Police should target more serious offenders
DO the Hong Kong Police not have anything better to do than write out parking tickets in obscure areas where the cars are not obstructing traffic or pedestrians? The receipt of yet another ticket on South Bay Close across from the Hong Kong International School prompts this letter.
This area is not a hotbed of traffic offenders and criminals. We are just parents trying to drop off or fetch our children from their gymnastics class inside a church.
At 4.30 pm this street looks as if it is a virtual ghost town apart from the departing construction workers in the area.
I am a holder of two valid foreign driving licences, and a spotless record for 23 years having driven throughout the US and Europe.
It is baffling coming to this colony and being inundated with tickets. Where are the international 'no parking' signs? Why are broken parking meters not marked 'broken' in English too? According to my calendar this is still a British colony.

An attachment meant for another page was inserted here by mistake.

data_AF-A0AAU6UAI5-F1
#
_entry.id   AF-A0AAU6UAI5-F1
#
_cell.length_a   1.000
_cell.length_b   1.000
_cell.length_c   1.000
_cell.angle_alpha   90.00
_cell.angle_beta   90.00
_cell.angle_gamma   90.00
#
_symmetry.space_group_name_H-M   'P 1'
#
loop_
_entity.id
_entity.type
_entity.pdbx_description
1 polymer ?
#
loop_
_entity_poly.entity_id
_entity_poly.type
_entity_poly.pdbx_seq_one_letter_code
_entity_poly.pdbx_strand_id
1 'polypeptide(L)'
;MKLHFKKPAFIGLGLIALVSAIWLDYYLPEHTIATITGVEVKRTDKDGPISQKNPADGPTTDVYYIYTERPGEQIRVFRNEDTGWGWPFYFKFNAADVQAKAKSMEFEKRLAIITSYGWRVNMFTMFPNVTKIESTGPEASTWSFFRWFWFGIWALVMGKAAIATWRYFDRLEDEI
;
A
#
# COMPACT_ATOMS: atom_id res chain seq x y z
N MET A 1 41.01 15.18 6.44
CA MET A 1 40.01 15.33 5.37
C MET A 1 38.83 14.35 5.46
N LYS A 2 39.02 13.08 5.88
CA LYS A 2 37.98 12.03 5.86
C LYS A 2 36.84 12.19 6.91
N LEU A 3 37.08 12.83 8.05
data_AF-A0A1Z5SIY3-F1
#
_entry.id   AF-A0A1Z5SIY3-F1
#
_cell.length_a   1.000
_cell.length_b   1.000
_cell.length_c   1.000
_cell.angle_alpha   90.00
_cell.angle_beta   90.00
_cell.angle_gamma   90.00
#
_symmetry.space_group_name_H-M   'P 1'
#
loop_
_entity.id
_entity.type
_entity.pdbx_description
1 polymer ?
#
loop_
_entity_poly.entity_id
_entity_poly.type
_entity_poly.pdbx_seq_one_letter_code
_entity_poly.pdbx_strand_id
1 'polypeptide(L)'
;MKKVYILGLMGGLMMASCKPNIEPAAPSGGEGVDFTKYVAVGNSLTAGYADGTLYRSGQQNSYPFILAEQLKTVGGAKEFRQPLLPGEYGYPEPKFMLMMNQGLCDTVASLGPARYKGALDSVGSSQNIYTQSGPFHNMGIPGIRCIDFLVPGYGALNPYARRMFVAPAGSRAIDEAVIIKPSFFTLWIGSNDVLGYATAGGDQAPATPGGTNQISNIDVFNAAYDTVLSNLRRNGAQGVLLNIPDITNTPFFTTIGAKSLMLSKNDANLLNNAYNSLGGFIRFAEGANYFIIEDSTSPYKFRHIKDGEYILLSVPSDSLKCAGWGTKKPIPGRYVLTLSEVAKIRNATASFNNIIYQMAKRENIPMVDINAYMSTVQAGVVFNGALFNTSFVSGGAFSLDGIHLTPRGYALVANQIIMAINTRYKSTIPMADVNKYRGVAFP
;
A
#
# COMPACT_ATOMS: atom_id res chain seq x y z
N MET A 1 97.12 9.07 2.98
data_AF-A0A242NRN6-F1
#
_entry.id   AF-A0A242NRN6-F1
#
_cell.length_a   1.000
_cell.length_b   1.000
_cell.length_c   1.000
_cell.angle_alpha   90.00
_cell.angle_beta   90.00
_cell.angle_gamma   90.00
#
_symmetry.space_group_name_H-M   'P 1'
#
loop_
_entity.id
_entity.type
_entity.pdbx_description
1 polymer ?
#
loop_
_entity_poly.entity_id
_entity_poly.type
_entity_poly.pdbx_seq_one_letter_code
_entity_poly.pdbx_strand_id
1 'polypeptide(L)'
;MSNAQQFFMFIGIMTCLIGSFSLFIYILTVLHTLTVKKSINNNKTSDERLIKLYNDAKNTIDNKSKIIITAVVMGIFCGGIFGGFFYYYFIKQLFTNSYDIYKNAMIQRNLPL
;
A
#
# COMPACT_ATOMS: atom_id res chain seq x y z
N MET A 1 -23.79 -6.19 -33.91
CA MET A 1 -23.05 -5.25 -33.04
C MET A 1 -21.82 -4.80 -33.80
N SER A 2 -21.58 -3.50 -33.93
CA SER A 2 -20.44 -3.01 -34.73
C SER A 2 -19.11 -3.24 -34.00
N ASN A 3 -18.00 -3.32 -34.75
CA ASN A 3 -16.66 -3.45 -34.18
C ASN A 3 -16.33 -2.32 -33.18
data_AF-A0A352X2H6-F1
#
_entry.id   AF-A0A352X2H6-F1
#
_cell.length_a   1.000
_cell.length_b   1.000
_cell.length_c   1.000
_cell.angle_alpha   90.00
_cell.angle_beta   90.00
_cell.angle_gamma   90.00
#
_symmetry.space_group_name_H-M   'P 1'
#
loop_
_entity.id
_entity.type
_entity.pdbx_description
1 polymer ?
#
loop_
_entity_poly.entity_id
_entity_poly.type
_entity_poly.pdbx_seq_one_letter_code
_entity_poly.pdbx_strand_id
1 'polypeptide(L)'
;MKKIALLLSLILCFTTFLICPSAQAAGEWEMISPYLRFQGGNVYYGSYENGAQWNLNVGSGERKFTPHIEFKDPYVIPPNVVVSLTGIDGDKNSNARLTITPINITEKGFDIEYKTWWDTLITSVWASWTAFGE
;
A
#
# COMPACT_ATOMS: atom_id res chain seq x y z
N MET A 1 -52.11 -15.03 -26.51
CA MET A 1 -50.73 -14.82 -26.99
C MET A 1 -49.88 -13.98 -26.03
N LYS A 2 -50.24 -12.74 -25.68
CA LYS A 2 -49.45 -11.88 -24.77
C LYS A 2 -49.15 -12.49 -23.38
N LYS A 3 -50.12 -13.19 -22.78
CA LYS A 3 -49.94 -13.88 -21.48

I am well aware of the old story that if it is not marked 'parking' then it means 'no parking'. But does this hold true for the chauffeurs of those most revered luxury cars that appear to create bottlenecks wherever they feel like parking? Hong Kong seems to be loaded with no spitting or littering signs in the city but I have yet to see any perpetrators of these offences ticketed. If the police wish to fill their coffers I can think of many more lucrative ways. Why don't they start issuing tickets at the public beaches for littering? They could start fining bus drivers who, with their engines idling, spew out toxic emissions as they sit waiting for their tour groups to finish groping through Stanley.
Or how about actually issuing tickets for real life-threatening traffic violators? I think we all have seen one too many a reckless truck, bus, and hot-rodding driver who really needs to have a licence revoked.
This place reeks of environmental pollution, corruption, greed, and a general laissez-faire attitude towards the future. You are barking up the proverbial wrong tree if you think continuously ticketing one banged-up little Mazda will cure the ills in this society.
MONA BROWN Tai Tam